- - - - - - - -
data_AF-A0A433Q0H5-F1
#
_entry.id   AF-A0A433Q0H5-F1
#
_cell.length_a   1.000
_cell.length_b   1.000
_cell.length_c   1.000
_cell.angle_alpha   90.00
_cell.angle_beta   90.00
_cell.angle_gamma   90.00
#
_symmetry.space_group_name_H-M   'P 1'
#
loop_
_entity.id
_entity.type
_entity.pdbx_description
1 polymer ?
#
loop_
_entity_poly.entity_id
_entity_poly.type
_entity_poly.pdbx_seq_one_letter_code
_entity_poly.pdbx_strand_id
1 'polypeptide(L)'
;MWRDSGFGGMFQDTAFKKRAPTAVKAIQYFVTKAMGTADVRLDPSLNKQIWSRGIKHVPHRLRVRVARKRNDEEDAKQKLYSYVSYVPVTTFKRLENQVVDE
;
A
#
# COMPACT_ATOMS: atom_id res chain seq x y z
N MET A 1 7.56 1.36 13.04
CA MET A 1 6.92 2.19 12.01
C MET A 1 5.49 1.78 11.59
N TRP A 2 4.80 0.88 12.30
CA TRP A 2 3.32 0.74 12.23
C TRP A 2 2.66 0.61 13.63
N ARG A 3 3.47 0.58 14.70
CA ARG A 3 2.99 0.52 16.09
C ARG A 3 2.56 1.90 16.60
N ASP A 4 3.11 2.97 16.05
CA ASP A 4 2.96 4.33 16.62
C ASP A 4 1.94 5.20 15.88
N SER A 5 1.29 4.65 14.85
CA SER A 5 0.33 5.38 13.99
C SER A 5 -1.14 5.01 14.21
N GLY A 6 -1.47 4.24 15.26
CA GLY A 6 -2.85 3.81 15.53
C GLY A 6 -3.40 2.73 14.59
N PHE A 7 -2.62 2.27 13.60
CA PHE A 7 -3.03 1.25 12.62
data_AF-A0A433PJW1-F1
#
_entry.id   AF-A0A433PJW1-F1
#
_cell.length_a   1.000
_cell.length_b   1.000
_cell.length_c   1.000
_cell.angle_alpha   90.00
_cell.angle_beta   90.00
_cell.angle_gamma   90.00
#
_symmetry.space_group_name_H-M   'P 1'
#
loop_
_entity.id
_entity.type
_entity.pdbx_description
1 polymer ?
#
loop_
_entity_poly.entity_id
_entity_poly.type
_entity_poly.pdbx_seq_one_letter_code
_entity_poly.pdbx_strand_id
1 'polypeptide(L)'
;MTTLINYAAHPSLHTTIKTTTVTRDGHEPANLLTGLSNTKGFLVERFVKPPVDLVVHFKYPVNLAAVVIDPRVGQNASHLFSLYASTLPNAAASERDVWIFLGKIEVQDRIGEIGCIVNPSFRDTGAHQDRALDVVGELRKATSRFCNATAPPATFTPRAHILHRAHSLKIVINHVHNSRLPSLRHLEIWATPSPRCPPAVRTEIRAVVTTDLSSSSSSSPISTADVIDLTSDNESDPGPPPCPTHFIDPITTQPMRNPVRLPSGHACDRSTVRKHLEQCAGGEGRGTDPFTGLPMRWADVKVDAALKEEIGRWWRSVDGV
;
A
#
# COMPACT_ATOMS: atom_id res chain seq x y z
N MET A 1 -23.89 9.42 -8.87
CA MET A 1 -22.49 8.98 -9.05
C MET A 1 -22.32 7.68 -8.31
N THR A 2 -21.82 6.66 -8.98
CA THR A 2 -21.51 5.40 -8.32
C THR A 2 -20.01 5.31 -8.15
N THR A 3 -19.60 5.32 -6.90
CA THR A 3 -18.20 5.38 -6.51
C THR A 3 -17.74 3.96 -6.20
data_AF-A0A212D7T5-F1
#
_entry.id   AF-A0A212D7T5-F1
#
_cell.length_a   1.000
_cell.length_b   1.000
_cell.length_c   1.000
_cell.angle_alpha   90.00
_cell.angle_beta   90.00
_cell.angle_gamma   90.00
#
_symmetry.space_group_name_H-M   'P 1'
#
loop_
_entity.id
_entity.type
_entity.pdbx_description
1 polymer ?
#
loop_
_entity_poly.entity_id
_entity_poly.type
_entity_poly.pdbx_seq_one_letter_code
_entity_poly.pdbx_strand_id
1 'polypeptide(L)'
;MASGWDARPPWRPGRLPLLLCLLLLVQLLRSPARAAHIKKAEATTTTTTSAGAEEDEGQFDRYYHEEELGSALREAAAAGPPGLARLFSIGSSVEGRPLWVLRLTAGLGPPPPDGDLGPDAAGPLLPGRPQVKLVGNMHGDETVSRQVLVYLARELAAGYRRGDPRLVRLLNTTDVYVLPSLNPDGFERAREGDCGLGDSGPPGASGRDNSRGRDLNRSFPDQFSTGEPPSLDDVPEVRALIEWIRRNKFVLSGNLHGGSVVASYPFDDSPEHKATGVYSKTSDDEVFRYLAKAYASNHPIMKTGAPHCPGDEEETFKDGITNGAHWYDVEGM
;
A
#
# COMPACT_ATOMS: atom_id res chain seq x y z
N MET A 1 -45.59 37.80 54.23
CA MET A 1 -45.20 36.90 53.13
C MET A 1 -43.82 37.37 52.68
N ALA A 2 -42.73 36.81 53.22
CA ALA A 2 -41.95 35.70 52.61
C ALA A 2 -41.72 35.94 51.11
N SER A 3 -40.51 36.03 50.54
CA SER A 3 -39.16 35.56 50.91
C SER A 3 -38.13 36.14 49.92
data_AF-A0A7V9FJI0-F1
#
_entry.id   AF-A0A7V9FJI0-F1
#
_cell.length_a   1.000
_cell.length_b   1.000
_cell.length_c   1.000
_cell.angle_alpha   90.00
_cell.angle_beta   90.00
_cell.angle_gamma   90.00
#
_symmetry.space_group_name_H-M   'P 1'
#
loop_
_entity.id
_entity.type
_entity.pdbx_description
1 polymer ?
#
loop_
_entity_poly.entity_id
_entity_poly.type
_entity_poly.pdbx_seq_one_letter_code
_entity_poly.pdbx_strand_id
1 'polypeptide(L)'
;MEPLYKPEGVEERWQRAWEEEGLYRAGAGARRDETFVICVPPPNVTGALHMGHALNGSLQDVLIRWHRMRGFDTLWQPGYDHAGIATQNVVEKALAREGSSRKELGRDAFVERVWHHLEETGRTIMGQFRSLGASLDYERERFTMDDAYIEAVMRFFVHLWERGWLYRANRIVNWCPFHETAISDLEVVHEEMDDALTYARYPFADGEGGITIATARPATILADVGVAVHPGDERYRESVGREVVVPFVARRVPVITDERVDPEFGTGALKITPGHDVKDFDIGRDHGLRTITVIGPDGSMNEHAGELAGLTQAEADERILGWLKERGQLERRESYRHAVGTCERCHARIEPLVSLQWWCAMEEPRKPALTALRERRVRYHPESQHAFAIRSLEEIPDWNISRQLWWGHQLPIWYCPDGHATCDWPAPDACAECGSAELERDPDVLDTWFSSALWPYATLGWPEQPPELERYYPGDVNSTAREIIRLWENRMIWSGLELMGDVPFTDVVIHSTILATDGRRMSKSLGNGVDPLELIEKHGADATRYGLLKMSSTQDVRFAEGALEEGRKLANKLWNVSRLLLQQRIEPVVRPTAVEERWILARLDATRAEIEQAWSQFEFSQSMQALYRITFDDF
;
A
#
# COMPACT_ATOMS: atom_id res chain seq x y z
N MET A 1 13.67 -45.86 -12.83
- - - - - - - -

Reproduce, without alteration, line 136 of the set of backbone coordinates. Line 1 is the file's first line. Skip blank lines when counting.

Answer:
_cell.angle_alpha   90.00